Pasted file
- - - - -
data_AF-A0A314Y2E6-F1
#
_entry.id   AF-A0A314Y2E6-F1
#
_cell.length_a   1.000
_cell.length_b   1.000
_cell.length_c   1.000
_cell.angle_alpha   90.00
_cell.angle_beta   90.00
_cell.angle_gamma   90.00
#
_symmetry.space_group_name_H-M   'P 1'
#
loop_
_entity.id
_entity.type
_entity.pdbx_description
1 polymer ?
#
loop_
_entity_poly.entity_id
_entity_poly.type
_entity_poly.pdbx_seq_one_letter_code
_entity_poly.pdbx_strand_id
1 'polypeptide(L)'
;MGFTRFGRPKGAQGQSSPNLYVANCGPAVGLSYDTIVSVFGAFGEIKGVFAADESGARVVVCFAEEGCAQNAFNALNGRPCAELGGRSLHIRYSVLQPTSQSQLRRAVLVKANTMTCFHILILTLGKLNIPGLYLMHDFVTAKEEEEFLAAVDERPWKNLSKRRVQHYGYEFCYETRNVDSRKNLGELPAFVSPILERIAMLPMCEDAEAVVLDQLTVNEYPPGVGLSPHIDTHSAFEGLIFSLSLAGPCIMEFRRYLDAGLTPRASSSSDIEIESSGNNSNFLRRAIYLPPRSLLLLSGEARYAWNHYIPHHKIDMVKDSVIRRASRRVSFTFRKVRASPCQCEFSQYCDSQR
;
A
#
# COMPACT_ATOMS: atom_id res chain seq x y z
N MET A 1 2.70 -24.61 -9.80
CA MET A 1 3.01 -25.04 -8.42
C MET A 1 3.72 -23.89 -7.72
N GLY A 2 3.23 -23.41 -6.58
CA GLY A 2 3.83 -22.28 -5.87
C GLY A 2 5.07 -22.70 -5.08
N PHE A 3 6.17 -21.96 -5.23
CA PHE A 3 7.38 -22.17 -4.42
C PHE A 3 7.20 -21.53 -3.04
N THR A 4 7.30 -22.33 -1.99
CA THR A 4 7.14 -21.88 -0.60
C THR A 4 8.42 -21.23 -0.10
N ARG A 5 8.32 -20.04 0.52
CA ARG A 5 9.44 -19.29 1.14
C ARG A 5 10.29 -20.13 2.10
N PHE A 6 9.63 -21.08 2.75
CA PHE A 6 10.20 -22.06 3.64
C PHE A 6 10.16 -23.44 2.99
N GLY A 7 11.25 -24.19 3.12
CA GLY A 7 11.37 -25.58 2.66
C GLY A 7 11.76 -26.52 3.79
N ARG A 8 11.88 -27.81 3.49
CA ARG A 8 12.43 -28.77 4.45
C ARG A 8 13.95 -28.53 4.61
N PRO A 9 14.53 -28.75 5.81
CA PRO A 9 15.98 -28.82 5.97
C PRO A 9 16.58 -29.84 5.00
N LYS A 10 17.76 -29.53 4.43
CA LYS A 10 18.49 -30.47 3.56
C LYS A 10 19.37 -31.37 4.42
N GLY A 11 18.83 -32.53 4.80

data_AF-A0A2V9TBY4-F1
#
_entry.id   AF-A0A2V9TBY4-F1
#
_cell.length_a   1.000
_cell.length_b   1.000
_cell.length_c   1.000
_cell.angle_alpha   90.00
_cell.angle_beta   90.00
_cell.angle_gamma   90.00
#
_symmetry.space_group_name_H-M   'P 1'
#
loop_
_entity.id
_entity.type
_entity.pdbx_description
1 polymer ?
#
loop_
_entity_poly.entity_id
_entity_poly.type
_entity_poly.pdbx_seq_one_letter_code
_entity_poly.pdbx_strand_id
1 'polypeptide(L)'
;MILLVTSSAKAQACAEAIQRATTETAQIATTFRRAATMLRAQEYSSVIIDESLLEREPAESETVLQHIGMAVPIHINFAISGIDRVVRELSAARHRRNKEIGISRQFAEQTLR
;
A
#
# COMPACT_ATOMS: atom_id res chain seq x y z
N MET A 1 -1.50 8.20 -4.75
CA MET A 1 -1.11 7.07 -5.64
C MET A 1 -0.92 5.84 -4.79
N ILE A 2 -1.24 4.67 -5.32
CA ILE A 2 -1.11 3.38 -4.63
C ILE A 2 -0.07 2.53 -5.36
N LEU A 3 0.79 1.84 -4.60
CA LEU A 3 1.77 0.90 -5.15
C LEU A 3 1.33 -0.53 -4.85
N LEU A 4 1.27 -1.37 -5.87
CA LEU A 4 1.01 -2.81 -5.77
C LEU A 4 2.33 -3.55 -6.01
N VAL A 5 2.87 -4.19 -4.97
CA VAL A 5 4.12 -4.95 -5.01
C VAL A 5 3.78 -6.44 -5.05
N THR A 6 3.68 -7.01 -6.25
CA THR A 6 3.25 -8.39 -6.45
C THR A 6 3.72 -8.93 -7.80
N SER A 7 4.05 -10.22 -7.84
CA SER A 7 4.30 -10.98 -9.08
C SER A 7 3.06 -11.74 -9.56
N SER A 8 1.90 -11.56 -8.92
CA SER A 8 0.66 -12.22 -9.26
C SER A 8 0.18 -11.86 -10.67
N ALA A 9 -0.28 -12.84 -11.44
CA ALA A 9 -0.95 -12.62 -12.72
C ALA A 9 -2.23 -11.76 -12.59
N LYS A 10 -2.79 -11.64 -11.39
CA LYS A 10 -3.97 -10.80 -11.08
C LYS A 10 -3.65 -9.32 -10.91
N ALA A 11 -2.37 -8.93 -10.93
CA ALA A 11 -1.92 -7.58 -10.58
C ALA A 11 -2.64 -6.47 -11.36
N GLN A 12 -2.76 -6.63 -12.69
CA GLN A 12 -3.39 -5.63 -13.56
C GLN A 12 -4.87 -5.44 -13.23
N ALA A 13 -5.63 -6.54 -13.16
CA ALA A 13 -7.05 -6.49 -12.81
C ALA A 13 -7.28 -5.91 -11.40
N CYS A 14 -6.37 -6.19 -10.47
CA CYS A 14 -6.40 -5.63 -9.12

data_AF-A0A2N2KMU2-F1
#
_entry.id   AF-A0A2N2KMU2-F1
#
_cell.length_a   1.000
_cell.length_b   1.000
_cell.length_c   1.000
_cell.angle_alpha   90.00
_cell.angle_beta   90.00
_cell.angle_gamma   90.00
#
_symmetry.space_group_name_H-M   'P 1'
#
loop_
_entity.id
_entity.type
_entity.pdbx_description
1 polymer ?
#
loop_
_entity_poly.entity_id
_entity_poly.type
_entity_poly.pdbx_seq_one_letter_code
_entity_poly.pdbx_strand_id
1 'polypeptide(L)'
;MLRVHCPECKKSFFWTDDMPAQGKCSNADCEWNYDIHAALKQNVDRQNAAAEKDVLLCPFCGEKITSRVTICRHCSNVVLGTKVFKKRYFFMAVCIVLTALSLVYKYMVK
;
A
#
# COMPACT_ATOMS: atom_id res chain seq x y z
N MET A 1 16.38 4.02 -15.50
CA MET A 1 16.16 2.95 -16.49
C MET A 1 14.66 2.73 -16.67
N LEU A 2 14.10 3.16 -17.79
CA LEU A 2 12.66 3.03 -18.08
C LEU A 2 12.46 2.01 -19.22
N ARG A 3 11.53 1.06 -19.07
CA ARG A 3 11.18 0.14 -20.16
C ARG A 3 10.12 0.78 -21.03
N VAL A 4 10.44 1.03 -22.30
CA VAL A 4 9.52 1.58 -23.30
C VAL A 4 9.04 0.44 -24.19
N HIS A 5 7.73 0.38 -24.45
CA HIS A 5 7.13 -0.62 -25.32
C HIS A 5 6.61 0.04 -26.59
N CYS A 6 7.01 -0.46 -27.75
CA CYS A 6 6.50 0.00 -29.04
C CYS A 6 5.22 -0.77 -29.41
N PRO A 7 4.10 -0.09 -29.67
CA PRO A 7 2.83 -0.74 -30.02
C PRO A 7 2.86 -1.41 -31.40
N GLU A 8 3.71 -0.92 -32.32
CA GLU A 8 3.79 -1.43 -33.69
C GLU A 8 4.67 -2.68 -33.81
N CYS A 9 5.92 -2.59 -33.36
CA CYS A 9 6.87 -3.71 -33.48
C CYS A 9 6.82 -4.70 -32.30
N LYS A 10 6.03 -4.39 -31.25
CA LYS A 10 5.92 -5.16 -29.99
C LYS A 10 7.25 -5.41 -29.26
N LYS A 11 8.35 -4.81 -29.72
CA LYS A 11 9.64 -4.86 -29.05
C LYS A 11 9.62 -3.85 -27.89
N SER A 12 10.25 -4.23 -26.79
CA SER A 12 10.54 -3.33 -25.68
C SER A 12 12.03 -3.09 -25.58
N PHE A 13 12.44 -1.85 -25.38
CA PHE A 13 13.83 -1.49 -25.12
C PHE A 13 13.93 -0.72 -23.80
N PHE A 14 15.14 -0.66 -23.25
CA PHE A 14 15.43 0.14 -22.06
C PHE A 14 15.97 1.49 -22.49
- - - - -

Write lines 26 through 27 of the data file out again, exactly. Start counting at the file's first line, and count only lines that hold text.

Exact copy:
;MGFTRFGRPKGAQGQSSPNLYVANCGPAVGLSYDTIVSVFGAFGEIKGVFAADESGARVVVCFAEEGCAQNAFNALNGRPCAELGGRSLHIRYSVLQPTSQSQLRRAVLVKANTMTCFHILILTLGKLNIPGLYLMHDFVTAKEEEEFLAAVDERPWKNLSKRRVQHYGYEFCYETRNVDSRKNLGELPAFVSPILERIAMLPMCEDAEAVVLDQLTVNEYPPGVGLSPHIDTHSAFEGLIFSLSLAGPCIMEFRRYLDAGLTPRASSSSDIEIESSGNNSNFLRRAIYLPPRSLLLLSGEARYAWNHYIPHHKIDMVKDSVIRRASRRVSFTFRKVRASPCQCEFSQYCDSQR
;